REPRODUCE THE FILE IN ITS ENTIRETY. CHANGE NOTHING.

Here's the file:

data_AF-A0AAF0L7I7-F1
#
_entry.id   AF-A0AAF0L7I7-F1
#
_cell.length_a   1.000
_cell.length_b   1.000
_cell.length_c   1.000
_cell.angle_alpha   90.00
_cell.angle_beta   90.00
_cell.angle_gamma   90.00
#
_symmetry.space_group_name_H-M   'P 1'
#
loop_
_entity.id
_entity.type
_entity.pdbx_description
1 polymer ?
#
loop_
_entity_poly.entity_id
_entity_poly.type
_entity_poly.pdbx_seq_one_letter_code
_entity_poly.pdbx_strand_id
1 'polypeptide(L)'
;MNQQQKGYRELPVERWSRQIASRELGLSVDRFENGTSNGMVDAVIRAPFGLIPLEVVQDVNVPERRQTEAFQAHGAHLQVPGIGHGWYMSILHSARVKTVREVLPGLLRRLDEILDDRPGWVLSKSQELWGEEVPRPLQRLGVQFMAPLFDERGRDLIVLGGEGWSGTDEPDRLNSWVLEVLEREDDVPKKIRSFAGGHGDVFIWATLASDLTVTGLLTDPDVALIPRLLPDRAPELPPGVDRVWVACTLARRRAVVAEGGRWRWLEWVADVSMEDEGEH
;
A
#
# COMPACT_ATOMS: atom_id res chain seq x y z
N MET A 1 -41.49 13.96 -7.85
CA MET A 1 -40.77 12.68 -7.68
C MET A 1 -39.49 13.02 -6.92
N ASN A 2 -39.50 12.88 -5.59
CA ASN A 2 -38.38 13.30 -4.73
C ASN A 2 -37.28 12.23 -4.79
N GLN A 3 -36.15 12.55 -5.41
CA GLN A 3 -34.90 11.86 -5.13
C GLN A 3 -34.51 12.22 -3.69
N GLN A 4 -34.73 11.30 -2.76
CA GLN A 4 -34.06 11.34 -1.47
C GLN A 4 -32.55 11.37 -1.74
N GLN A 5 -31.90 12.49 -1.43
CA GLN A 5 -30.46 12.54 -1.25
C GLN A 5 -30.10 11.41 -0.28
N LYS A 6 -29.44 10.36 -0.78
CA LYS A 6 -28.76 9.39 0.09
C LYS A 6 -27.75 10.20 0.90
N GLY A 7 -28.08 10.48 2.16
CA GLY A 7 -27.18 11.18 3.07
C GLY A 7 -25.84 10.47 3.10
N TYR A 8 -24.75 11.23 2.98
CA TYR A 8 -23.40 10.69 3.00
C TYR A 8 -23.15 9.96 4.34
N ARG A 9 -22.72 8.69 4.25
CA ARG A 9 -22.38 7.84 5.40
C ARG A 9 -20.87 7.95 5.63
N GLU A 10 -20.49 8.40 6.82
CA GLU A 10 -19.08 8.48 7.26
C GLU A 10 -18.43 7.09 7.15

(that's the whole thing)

data_AF-A0AAF0L7I7-F1
#
_entry.id   AF-A0AAF0L7I7-F1
#
_cell.length_a   1.000
_cell.length_b   1.000
_cell.length_c   1.000
_cell.angle_alpha   90.00
_cell.angle_beta   90.00
_cell.angle_gamma   90.00
#
_symmetry.space_group_name_H-M   'P 1'
#
loop_
_entity.id
_entity.type
_entity.pdbx_description
1 polymer ?
#
loop_
_entity_poly.entity_id
_entity_poly.type
_entity_poly.pdbx_seq_one_letter_code
_entity_poly.pdbx_strand_id
1 'polypeptide(L)'
;MNQQQKGYRELPVERWSRQIASRELGLSVDRFENGTSNGMVDAVIRAPFGLIPLEVVQDVNVPERRQTEAFQAHGAHLQVPGIGHGWYMSILHSARVKTVREVLPGLLRRLDEILDDRPGWVLSKSQELWGEEVPRPLQRLGVQFMAPLFDERGRDLIVLGGEGWSGTDEPDRLNSWVLEVLEREDDVPKKIRSFAGGHGDVFIWATLASDLTVTGLLTDPDVALIPRLLPDRAPELPPGVDRVWVACTLARRRAVVAEGGRWRWLEWVADVSMEDEGEH
;
A
#
# COMPACT_ATOMS: atom_id res chain seq x y z
N MET A 1 -41.49 13.96 -7.85
CA MET A 1 -40.77 12.68 -7.68
C MET A 1 -39.49 13.02 -6.92
N ASN A 2 -39.50 12.88 -5.59
CA ASN A 2 -38.38 13.30 -4.73
C ASN A 2 -37.28 12.23 -4.79
N GLN A 3 -36.15 12.55 -5.41
CA GLN A 3 -34.90 11.86 -5.13
C GLN A 3 -34.51 12.22 -3.69
N GLN A 4 -34.73 11.30 -2.76
CA GLN A 4 -34.06 11.34 -1.47
C GLN A 4 -32.55 11.37 -1.74
N GLN A 5 -31.90 12.49 -1.43
CA GLN A 5 -30.46 12.54 -1.25
C GLN A 5 -30.10 11.41 -0.28
N LYS A 6 -29.44 10.36 -0.78
CA LYS A 6 -28.76 9.39 0.09
C LYS A 6 -27.75 10.20 0.90
N GLY A 7 -28.08 10.48 2.16
CA GLY A 7 -27.18 11.18 3.07
C GLY A 7 -25.84 10.47 3.10
N TYR A 8 -24.75 11.23 2.98
CA TYR A 8 -23.40 10.69 3.00
C TYR A 8 -23.15 9.96 4.34
N ARG A 9 -22.72 8.69 4.25
CA ARG A 9 -22.38 7.84 5.40
C ARG A 9 -20.87 7.95 5.63
N GLU A 10 -20.49 8.40 6.82
CA GLU A 10 -19.08 8.48 7.26
C GLU A 10 -18.43 7.09 7.15